Correction: An earlier version of this review incorrectly listed some of the objects the main character receives in the mail. The review listed a rabbit’s foot and kite tail instead of a ceramic frog key chain and a “little star made of kite silk.” We regret the error. 


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  • I always appreciate anyone taking the time to read a book I’ve written.  And I certainly appreciate them taking the time to write a review.  However, I do wish that the facts were kept straight when a review is undertaken. 

    David Backer, in his note to me, said he enjoyed the book.  After reading this review, I had to question that statement.   Because what David “observed” here bears little to no resemblance to my book “From the Umberplatzen.” 

    1– the cover photo is not of a ‘couple holding hands’.  It is a boy and girl under the age of 12 walking side by side in their school uniforms.  Here it serves as a metaphor for deep unabiding friendship.

    2–  The main character (Kitty) never receives a rabbit’s foot or the tail of a kite.

    3– Kitty’s relationship with M is a 2 year love affair (not a brief fling while she travels around Germany).  She moved there and worked there for a period of 2 years– which I spell out clearly in the book.

    3– there is nothing “throwaway” about what Kitty receives from M in the mail.  Each item brings forth a deep memory of their past relationship, and causes her to re-live it, which is told in that particular story.

    4– Re “tense”– the stories are told in flash-back, swinging into present tense.

    5– to label these stories as “shallow” does a great disservice to my book.  Robert Olen Butler who won the Pulitzer called the book “a brilliant mosaic of a novel.”

    6– FINALLY:  For David Backer to write that “every token has an odor of garbage” is one of the most DISTURBING PARTS OF THIS REVIEW. GARBAGE is an ugly and offensive term.  The reality is that every “token” or gift Kitty receives “reawakens” her deep love for M.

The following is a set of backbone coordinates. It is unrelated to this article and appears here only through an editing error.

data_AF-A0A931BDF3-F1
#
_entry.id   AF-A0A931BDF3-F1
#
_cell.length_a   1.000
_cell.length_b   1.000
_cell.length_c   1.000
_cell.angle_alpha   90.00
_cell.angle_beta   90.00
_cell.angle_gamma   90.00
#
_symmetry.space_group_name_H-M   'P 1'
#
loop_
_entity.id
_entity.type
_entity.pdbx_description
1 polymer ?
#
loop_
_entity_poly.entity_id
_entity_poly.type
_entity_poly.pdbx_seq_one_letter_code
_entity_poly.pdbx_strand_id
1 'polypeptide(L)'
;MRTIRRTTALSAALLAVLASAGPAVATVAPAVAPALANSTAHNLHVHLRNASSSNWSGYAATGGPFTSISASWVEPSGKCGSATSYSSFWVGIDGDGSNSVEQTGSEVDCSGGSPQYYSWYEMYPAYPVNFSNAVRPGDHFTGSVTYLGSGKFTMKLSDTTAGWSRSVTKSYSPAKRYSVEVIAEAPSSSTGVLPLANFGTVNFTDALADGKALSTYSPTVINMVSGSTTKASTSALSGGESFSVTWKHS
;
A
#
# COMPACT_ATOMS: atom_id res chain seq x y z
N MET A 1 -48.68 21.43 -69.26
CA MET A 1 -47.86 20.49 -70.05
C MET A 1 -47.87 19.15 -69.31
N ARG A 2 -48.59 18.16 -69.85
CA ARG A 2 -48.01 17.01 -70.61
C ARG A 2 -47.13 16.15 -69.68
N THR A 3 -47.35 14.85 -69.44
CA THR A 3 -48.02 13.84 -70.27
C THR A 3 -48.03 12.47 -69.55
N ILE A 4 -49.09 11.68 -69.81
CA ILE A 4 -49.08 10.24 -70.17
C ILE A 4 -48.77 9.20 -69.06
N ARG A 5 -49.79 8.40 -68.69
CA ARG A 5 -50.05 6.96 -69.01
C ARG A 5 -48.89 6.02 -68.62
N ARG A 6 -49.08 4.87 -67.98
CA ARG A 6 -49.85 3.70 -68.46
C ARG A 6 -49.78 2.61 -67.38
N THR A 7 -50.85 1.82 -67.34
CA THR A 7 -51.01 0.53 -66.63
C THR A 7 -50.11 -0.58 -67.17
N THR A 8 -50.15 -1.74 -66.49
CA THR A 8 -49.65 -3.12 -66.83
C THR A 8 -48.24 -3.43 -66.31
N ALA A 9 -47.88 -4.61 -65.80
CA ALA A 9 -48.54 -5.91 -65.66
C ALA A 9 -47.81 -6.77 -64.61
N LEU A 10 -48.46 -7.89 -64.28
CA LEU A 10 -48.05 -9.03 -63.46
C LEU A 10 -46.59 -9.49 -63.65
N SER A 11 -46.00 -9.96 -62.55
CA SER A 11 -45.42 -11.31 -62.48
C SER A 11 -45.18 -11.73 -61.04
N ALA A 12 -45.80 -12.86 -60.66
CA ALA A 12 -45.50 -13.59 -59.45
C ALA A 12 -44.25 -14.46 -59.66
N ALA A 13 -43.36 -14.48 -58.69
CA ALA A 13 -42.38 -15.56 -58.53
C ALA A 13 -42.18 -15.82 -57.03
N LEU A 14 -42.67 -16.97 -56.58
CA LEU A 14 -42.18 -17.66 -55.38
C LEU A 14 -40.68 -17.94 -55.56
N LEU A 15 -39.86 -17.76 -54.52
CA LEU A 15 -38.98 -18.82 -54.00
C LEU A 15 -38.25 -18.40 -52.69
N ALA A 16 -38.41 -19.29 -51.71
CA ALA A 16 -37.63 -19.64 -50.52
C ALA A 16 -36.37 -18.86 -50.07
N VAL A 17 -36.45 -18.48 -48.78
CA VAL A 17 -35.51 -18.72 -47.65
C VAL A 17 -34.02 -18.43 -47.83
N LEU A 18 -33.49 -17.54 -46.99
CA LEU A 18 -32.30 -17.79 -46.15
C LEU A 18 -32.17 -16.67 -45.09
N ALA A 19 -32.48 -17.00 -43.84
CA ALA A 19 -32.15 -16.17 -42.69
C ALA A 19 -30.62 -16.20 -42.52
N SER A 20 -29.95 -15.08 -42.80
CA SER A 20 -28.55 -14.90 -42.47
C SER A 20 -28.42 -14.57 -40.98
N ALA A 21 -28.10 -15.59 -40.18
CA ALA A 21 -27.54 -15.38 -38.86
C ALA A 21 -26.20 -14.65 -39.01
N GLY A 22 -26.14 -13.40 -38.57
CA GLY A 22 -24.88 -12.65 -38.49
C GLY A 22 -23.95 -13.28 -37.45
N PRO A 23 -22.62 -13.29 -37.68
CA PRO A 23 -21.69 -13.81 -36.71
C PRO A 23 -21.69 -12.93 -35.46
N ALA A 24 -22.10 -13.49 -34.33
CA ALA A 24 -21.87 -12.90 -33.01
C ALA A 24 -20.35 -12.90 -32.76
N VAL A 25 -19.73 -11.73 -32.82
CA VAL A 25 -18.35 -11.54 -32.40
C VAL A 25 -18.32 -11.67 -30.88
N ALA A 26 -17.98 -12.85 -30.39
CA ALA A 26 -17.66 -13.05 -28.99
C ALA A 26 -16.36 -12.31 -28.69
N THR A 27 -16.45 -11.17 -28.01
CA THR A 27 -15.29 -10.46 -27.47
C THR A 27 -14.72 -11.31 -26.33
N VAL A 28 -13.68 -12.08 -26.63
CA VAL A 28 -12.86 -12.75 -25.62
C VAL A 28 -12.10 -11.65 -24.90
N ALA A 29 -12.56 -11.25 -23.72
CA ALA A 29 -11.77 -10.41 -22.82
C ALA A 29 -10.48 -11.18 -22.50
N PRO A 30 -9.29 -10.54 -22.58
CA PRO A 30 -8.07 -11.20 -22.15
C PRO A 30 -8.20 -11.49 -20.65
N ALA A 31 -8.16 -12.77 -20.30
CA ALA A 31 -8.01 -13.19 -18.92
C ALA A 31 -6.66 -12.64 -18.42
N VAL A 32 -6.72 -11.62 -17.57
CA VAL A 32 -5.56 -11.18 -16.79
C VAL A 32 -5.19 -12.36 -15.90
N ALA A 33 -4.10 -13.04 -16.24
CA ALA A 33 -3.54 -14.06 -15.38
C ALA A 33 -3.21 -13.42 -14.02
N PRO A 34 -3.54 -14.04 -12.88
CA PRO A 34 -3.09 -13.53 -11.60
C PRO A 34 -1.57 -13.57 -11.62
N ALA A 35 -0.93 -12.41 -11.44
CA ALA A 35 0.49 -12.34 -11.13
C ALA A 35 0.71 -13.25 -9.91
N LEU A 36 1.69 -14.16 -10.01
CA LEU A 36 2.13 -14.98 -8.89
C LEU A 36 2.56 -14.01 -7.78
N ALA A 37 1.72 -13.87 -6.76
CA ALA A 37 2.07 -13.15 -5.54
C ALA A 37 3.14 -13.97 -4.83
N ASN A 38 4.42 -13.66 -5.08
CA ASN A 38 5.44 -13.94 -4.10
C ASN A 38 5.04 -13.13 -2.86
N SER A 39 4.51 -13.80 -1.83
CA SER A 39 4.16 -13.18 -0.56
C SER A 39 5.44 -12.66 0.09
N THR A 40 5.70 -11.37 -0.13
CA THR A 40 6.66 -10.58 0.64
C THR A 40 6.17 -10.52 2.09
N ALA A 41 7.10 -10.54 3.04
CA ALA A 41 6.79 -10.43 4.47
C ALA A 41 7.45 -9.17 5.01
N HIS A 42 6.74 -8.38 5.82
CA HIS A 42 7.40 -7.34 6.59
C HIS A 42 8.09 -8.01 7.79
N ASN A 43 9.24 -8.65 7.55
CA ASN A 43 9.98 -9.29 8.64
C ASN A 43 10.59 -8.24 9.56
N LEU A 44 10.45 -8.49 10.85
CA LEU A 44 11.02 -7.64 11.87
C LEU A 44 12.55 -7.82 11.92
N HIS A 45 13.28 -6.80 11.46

I can understand someone “not getting” a book or a story.  Then why bother to review it???  This review is rife with incorrect factual information, and a summation that is completey off the mark.  My website http://www.susantepper.com contains dozens of reviews that ARE ON THE MARK.  I have met David Backer on several occassions and enjoyed his company.  I was pretty much stunned at how offensive this review turned out. 
    Susan Tepper 

    • Susan,

      Thank you for alerting us to the errors. We’ve corrected them, and we apologize for them. Regarding the rest of your concerns, we stand by this review and David Backer. If you have any further concerns, you’re welcome to write to me at alexshephard (at) full-stop (dot) net.
      All best,

      Alex Shephard

      • Dear Alex Shephard,

        You haven’t ‘corrected’ all the errors in David Backer’s review.

        1– My narrator did not have a ‘brief fling’ while travelling in Germany.  My narrator had “an intense 2 year love affair with a German man” while she lived in Germany for two years.  *** that is factually significant to the story that I wrote.  (not the story that David Backer re-wrote in his review).

        2-  The gifts and items my narrator receives from her lover in the mail are IN NO WAY DISGUSTING to her.  Quite the contrary, as was obvious to EVERY OTHER REVIEW DONE of my book.  Perhaps these things are DISGUSTING to your reviewer?  His statement is so patently absurd I could almost laugh (almost).